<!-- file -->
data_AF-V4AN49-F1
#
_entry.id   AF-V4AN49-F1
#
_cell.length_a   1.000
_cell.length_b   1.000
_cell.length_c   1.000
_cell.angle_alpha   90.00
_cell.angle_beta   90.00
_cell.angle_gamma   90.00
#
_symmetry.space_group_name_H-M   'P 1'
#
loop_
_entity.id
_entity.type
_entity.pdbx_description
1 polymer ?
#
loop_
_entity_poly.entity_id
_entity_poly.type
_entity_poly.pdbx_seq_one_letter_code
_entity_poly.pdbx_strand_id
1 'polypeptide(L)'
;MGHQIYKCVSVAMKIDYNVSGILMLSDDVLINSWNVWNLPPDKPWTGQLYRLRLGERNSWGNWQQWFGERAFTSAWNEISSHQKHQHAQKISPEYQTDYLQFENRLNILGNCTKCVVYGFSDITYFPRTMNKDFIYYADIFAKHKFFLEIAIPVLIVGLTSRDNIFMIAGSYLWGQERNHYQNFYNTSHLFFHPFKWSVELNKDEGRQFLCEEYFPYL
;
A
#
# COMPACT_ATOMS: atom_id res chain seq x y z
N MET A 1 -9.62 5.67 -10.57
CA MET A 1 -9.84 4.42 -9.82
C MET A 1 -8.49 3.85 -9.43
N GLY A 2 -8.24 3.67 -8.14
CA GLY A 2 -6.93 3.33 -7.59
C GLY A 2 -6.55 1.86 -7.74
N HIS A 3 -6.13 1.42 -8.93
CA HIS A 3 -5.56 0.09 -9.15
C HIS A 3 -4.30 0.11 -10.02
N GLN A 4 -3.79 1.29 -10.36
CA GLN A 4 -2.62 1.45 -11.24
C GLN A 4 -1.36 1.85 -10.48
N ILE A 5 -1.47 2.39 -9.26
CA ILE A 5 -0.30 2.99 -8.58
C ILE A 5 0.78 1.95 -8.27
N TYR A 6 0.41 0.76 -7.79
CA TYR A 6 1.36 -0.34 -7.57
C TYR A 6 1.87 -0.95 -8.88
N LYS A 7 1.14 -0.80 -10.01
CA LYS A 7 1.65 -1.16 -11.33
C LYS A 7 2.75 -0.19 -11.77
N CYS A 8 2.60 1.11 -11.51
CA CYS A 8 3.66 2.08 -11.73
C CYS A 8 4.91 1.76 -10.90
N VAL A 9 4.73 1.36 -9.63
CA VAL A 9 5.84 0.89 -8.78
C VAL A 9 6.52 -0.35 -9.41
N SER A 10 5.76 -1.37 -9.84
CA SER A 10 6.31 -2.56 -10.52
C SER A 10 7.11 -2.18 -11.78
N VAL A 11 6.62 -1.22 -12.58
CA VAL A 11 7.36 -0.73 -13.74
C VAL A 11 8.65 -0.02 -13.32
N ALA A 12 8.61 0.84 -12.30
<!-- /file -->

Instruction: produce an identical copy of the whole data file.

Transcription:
data_AF-V4AN49-F1
#
_entry.id   AF-V4AN49-F1
#
_cell.length_a   1.000
_cell.length_b   1.000
_cell.length_c   1.000
_cell.angle_alpha   90.00
_cell.angle_beta   90.00
_cell.angle_gamma   90.00
#
_symmetry.space_group_name_H-M   'P 1'
#
loop_
_entity.id
_entity.type
_entity.pdbx_description
1 polymer ?
#
loop_
_entity_poly.entity_id
_entity_poly.type
_entity_poly.pdbx_seq_one_letter_code
_entity_poly.pdbx_strand_id
1 'polypeptide(L)'
;MGHQIYKCVSVAMKIDYNVSGILMLSDDVLINSWNVWNLPPDKPWTGQLYRLRLGERNSWGNWQQWFGERAFTSAWNEISSHQKHQHAQKISPEYQTDYLQFENRLNILGNCTKCVVYGFSDITYFPRTMNKDFIYYADIFAKHKFFLEIAIPVLIVGLTSRDNIFMIAGSYLWGQERNHYQNFYNTSHLFFHPFKWSVELNKDEGRQFLCEEYFPYL
;
A
#
# COMPACT_ATOMS: atom_id res chain seq x y z
N MET A 1 -9.62 5.67 -10.57
CA MET A 1 -9.84 4.42 -9.82
C MET A 1 -8.49 3.85 -9.43
N GLY A 2 -8.24 3.67 -8.14
CA GLY A 2 -6.93 3.33 -7.59
C GLY A 2 -6.55 1.86 -7.74
N HIS A 3 -6.13 1.42 -8.93
CA HIS A 3 -5.56 0.09 -9.15
C HIS A 3 -4.30 0.11 -10.02
N GLN A 4 -3.79 1.29 -10.36
CA GLN A 4 -2.62 1.45 -11.24
C GLN A 4 -1.36 1.85 -10.48
N ILE A 5 -1.47 2.39 -9.26
CA ILE A 5 -0.30 2.99 -8.58
C ILE A 5 0.78 1.95 -8.27
N TYR A 6 0.41 0.76 -7.79
CA TYR A 6 1.36 -0.34 -7.57
C TYR A 6 1.87 -0.95 -8.88
N LYS A 7 1.14 -0.80 -10.01
CA LYS A 7 1.65 -1.16 -11.33
C LYS A 7 2.75 -0.19 -11.77
N CYS A 8 2.60 1.11 -11.51
CA CYS A 8 3.66 2.08 -11.73
C CYS A 8 4.91 1.76 -10.90
N VAL A 9 4.73 1.36 -9.63
CA VAL A 9 5.84 0.89 -8.78
C VAL A 9 6.52 -0.35 -9.41
N SER A 10 5.76 -1.37 -9.84
CA SER A 10 6.31 -2.56 -10.52
C SER A 10 7.11 -2.18 -11.78
N VAL A 11 6.62 -1.22 -12.58
CA VAL A 11 7.36 -0.73 -13.74
C VAL A 11 8.65 -0.02 -13.32
N ALA A 12 8.61 0.84 -12.30